See a true work in progress at the one acre garden of Brian Spencer & Teresa Trimble, who recently purchased property that was overgrown with trees and brush.  After clearing the excess trees and brush the couple has been working with local architect Keith Brown and landscape designer Cathy D’s to create their own personal paradise.  Teresa’s one request was to have something colorful at every time of the year.   The front area is planted with azaleas, a few winter-blooming camellias, spireas, barberry, redbud, dogwood, Japanese maples, lavender, and salvias, so Teresa should get her wish for year-round color shows.  The front also has redwood trees, Deodar cedars, and soon a blue spruce or two.  They are in the process of building a deluxe outdoor living area complete with a new covered patio with ceiling fans, an outdoor pavilion, and much more.  Come see this paradise in progress and don’t miss the luxury “she shed” while you’re there!

#5 A Forest of Flowers

Find secret nooks and crannies as you meander through the forest of flowers

Jay, Chad, and their mother, Jean invite you to explore their garden which surrounds their family compound.  Wander through the vegetable and fruit garden and rest in the shade of the many fruit trees. Behind the residences is a fragrant garden area with beds of roses and an herb garden.  Stroll along a nice path through a forest of mature azaleas, most forming hedges, large rhododendrons, with dogwoods and camellias dotted throughout.  You will arrive at the pond, complete with a new dock perfect for summer tranquility.  Or you may get sidetracked and wander around on lesser paths and find the tiny “secret garden,” as the visiting children of the family love to do.  Don’t worry, all paths lead to the pond.  The original creator of this garden had it in one of the first garden tours 25 years ago.  Come see how the garden has grown and meet the enthusiastic new owners who want to improve it and keep it at its best.

#6 A Garden for Splendid Entertaining

This one will give you garden envy!

Marcia Accola has created a backyard landscape that is absolutely stunning for entertaining.  Interested in trying some landscape design, she took courses from Robert Littlepage of the former California School of Landscape Design in Auburn.  A big takeaway for her was the idea of breaking a large area down into little vignettes.  She has designed her own back landscape to include beautiful paths and little patios for sitting areas that wind through the trees. She created a dining area near a beautiful fountain, a gorgeous outdoor kitchen in the round made of flagstone, and a nice cozy flagstone sitting bench that wraps around a fire pit.  This entertaining spot is complete with gentle lighting and outdoor speakers.  The flagstone in the construction is also used for the paths that connect the whole place together.  Pass through a gate to enter a cutting garden with lilacs, black-eyed Susans, the fall-blooming Japanese anemones, and giant dinner-plate dahlias – reaching upwards of 6 ft. tall; it’s like walking through the Alice in Wonderland garden.  You will find many stops to sit and rest along the way around the garden and even a bed perfect for a summer nap in the shade.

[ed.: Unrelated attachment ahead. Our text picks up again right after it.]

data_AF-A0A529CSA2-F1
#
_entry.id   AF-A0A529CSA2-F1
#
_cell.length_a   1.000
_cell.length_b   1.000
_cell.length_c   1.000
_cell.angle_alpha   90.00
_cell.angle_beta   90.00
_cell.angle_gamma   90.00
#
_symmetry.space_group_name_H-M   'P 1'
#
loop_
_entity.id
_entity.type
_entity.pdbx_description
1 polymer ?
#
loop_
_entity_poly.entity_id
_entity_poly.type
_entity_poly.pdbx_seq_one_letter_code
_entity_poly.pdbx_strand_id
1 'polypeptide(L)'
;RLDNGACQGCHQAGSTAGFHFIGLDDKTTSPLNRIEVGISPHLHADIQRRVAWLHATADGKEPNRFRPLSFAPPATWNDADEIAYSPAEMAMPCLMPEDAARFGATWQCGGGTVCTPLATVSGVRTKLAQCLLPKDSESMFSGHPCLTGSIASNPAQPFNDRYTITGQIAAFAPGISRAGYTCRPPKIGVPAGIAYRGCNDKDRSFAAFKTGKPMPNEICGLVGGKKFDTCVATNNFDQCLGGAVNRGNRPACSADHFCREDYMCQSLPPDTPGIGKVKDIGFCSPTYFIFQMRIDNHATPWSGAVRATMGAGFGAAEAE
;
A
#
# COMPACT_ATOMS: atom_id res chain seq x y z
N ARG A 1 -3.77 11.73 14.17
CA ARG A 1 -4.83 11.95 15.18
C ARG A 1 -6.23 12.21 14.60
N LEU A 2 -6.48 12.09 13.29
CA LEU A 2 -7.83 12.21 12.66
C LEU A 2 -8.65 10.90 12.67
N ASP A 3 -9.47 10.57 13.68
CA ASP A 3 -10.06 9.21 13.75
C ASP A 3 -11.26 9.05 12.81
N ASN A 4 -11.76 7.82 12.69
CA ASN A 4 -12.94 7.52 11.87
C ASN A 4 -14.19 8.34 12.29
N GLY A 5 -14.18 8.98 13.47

Don’t miss this wonderful glimpse into the secret gardens of Nevada County. The cost to attend the Soroptimist Garden Tour is $25 in advance, and $30 at the garden gates.  For more information or to purchase tickets, call 530-273-7989 or visit https://www.sierrasoroptimist.org/2018-garden-tour.

Celebrate our Earth: Earth Day, Health Fair comes to Sierra College’s Nevada County campus

Thursday students and the public is invited to partake in Earth Day and Health Fair festivities at Nevada County’s Sierra College campus, according to a release.

There will be live entertainment, including children from the Childhood Development Center singing songs, two live band performances as well as Zumba dancing.

Several community organizations will have tables, including the Bear Yuba Land Trust, Nevada County Electric Car Association, Wildlife Rescue and Rehabilitation, Tahoe National Forest, United States Department of Agriculture, Conservation Service and more. Many other Sierra College clubs will have tables as well.

Health organizations will be attending, including Nevada County Public Health department, Grass Valley Crossfit, Training Zone and more.

A leaflet assignment scavenger hunt will take place. Once participants have completed the assignment, they will have the opportunity to collect a raffle ticket, potentially winning a variety of prizes.

Sierra College hopes to create an interactive experience, presenting an educational carnival. The college hopes people not only learn about health and environmental issues, but also make connections to the campus.

Source: Sierra College